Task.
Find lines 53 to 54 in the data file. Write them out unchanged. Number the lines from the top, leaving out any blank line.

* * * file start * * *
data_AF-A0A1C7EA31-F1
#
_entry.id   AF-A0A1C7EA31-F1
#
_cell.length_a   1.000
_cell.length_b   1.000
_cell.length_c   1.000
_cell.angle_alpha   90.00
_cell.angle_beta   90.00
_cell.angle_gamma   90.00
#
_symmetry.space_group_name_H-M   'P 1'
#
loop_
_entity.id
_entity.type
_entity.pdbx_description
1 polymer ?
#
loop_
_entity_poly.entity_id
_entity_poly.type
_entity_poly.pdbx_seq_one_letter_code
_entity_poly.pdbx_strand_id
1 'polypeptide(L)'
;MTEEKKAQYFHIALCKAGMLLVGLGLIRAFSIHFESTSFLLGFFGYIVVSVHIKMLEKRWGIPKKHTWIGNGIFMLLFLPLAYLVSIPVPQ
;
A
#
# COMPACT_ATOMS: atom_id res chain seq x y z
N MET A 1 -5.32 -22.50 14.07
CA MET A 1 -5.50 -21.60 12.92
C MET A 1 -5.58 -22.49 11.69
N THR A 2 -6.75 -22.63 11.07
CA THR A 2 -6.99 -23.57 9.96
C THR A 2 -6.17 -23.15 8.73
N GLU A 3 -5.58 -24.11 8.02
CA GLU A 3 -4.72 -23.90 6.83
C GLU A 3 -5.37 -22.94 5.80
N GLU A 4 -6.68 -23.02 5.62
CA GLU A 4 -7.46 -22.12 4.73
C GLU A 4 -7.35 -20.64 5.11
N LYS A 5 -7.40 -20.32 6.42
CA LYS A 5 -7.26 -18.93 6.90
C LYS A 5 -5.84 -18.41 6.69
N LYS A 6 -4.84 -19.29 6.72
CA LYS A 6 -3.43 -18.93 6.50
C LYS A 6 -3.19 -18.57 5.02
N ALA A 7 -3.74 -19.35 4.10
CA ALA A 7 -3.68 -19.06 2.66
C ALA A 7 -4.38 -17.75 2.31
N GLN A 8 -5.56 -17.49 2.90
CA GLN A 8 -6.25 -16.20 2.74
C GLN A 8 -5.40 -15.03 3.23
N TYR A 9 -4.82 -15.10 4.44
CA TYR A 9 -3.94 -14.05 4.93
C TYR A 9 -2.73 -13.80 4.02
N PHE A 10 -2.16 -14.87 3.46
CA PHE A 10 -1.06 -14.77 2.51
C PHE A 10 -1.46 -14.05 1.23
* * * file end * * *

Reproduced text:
CA GLN A 8 -6.25 -16.20 2.74
C GLN A 8 -5.40 -15.03 3.23